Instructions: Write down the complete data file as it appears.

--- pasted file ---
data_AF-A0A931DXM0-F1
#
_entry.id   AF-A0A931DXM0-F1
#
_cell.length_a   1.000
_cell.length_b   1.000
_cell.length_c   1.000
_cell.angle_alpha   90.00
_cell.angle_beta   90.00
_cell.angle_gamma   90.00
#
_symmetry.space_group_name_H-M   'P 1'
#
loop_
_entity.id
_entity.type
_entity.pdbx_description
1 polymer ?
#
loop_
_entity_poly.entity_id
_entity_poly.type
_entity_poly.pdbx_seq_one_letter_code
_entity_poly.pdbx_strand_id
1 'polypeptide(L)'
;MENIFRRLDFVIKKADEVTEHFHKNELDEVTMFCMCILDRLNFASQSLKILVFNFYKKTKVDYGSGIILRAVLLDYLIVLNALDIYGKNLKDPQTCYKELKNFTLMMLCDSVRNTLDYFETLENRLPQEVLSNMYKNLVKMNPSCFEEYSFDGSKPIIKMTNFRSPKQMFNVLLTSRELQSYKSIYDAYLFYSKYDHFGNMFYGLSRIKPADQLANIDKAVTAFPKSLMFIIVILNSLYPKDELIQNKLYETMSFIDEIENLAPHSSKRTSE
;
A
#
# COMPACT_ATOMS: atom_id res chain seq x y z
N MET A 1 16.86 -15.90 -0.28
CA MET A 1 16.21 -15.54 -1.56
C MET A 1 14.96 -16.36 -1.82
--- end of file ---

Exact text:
data_AF-A0A931DXM0-F1
#
_entry.id   AF-A0A931DXM0-F1
#
_cell.length_a   1.000
_cell.length_b   1.000
_cell.length_c   1.000
_cell.angle_alpha   90.00
_cell.angle_beta   90.00
_cell.angle_gamma   90.00
#
_symmetry.space_group_name_H-M   'P 1'
#
loop_
_entity.id
_entity.type
_entity.pdbx_description
1 polymer ?
#
loop_
_entity_poly.entity_id
_entity_poly.type
_entity_poly.pdbx_seq_one_letter_code
_entity_poly.pdbx_strand_id
1 'polypeptide(L)'
;MENIFRRLDFVIKKADEVTEHFHKNELDEVTMFCMCILDRLNFASQSLKILVFNFYKKTKVDYGSGIILRAVLLDYLIVLNALDIYGKNLKDPQTCYKELKNFTLMMLCDSVRNTLDYFETLENRLPQEVLSNMYKNLVKMNPSCFEEYSFDGSKPIIKMTNFRSPKQMFNVLLTSRELQSYKSIYDAYLFYSKYDHFGNMFYGLSRIKPADQLANIDKAVTAFPKSLMFIIVILNSLYPKDELIQNKLYETMSFIDEIENLAPHSSKRTSE
;
A
#
# COMPACT_ATOMS: atom_id res chain seq x y z
N MET A 1 16.86 -15.90 -0.28
CA MET A 1 16.21 -15.54 -1.56
C MET A 1 14.96 -16.36 -1.82